Scary Stories to Tell in the Dark is being rereleased with the original illustrations [News]

The original Scary Stories to Tell in the Dark books were legendary. There were three books, released between 1981 and 1991. Alvin Schwartz collected and retold traditional ghost stories, some scary, some funny. But what people really remember are the illustrations by Stephen Gammell, without which, I don’t think anyone would remember the books very much from their childhood. I am not knocking Schwartz’s storytelling, I’m just saying that the impact of the books relied heavily upon Gammell’s visual contributions.

I remember the first time I saw these books. My neighbor’s older brother had the first book. We would borrow it when he wasn’t home. It had an aura about it, a forbidden quality. It wasn’t the stories so much as the imagery. Stephen Gammell certainly had an interesting way of illustrating the stories. Twisted figures in the mist, rotted corpses, ghosts.

These have been causing young kids to soil their pants for more than 30 years. The illustrations for “The Haunted House” and “The Thing” creeped me out as a kid. Later, these were banned in many libraries, apparently people found them too scary. I can’t imagine greater praise for a book like this, people finding it too scary! And again, it’s the brilliant illustrations, moreso than the stories. The illustrations are what give the stories life.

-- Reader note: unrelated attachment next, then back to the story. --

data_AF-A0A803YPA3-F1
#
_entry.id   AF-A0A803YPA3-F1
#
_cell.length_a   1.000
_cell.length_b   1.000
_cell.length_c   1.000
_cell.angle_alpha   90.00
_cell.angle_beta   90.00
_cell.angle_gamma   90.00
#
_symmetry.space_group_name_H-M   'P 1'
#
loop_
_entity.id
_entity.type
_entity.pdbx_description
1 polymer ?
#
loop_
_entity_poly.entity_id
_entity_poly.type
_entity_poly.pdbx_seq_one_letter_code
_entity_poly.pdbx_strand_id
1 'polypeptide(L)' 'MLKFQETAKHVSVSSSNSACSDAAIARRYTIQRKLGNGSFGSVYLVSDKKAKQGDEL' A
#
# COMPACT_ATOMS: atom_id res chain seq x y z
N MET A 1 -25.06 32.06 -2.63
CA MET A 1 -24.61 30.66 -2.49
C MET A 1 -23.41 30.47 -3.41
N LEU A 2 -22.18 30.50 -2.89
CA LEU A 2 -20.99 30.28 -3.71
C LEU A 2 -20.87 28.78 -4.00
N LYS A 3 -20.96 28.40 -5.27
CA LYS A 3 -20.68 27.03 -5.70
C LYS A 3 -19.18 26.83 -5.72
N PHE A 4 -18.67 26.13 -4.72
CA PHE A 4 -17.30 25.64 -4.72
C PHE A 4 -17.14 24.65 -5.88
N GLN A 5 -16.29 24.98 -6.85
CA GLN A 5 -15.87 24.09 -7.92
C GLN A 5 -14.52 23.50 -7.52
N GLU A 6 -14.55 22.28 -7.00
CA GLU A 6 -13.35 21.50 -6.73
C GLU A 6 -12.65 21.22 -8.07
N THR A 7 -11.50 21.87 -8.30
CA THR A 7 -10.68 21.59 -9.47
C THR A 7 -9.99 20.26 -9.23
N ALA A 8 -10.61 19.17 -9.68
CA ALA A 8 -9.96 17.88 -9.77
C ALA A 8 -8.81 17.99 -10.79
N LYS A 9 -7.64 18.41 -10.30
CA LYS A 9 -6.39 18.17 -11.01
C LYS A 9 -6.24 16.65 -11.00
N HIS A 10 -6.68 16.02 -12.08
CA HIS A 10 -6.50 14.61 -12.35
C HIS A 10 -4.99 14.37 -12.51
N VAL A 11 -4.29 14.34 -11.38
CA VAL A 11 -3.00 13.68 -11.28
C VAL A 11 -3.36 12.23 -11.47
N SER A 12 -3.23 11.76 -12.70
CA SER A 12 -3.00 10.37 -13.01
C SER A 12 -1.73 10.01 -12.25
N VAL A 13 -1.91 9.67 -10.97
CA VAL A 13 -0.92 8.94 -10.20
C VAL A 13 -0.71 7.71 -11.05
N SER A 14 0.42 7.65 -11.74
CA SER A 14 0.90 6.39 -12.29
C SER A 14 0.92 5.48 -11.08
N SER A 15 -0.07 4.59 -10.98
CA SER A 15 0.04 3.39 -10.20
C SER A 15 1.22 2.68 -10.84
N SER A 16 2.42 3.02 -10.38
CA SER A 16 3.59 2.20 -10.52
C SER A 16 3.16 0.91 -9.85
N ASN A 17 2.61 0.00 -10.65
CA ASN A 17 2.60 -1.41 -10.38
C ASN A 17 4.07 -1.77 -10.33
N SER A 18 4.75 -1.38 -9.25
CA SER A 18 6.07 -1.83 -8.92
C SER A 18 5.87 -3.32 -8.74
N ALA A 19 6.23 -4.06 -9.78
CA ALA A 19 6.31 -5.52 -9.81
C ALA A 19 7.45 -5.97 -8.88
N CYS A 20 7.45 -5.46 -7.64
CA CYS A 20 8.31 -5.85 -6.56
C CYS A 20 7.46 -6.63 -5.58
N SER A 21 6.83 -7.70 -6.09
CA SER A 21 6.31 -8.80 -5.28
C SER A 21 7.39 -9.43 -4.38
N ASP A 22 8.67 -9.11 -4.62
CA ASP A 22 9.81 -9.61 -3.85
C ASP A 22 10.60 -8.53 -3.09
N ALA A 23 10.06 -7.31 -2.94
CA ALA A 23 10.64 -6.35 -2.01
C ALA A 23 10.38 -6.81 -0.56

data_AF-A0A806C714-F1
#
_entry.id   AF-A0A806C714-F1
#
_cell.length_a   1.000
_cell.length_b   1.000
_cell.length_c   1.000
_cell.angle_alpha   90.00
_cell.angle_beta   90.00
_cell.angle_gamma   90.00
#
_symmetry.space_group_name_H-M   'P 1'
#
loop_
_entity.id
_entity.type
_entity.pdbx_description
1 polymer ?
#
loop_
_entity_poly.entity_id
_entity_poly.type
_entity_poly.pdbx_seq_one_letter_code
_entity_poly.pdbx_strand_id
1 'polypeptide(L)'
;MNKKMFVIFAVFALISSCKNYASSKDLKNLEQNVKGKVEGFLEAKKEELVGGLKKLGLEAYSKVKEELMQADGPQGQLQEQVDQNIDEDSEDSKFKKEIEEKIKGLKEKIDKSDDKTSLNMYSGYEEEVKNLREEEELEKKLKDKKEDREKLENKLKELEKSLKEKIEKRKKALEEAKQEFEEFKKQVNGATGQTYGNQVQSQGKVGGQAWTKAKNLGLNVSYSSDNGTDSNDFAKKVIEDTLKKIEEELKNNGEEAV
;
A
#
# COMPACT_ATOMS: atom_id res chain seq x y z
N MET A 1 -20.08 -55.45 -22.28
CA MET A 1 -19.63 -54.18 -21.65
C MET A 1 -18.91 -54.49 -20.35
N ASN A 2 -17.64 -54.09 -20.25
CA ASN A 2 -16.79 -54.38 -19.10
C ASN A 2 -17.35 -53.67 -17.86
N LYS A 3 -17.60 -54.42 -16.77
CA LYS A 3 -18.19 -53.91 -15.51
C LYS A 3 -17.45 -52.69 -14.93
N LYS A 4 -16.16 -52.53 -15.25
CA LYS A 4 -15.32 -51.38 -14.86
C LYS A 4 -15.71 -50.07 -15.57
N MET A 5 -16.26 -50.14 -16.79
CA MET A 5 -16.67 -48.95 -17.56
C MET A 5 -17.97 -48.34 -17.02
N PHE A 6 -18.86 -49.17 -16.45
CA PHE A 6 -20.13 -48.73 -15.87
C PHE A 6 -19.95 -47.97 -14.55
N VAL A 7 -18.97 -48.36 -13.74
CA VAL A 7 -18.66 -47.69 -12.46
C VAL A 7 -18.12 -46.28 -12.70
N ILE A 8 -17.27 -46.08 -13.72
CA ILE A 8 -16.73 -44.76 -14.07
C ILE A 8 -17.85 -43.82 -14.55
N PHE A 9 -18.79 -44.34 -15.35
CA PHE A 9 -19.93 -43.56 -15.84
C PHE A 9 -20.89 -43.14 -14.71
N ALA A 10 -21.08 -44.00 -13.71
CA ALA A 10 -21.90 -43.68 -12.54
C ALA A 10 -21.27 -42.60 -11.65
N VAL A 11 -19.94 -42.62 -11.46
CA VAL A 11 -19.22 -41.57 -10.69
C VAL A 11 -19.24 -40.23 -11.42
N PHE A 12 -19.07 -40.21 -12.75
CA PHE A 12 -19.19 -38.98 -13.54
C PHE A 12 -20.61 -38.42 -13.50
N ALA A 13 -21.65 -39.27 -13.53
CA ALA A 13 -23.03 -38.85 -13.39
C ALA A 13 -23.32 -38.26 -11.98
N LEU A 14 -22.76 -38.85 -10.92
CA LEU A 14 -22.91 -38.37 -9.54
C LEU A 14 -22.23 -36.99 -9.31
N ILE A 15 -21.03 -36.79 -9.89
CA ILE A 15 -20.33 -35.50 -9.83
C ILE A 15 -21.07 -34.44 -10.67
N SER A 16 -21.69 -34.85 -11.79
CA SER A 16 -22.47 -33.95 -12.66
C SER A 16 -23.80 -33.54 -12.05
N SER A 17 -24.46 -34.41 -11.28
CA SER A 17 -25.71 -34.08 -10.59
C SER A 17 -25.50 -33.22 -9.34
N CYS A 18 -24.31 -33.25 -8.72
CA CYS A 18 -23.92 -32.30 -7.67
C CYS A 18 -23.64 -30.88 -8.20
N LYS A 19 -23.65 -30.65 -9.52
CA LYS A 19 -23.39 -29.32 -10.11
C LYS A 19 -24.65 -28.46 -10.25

In 2011, the illustrations were replaced with illustrations by Brett Helquist. While there is nothing technically wrong with his drawings, I think a lot of people felt this choice was crapping all over a masterpiece. It’s not Helquist’s fault, but replacing the drawings was a terrible, terrible idea. I am glad to see that the original drawings will be put back in to cause children to soil their pants in the future. And these aren’t just for kids. I go back and read them sometimes. I am so in love with the drawings that I have a few of them tattooed on my leg. I consider them a masterpiece of horror art. Adults can also enjoy reading through the end notes of the book, where Schwartz explains where the stories came from and how they’ve changed over the years. I consider this an important set of books for any fan of horror, ghost stories, or even weird illustrations. This is an excellent series that everyone should own, and it’s great that it’s available again with the original drawings. You can find a new box set released this month on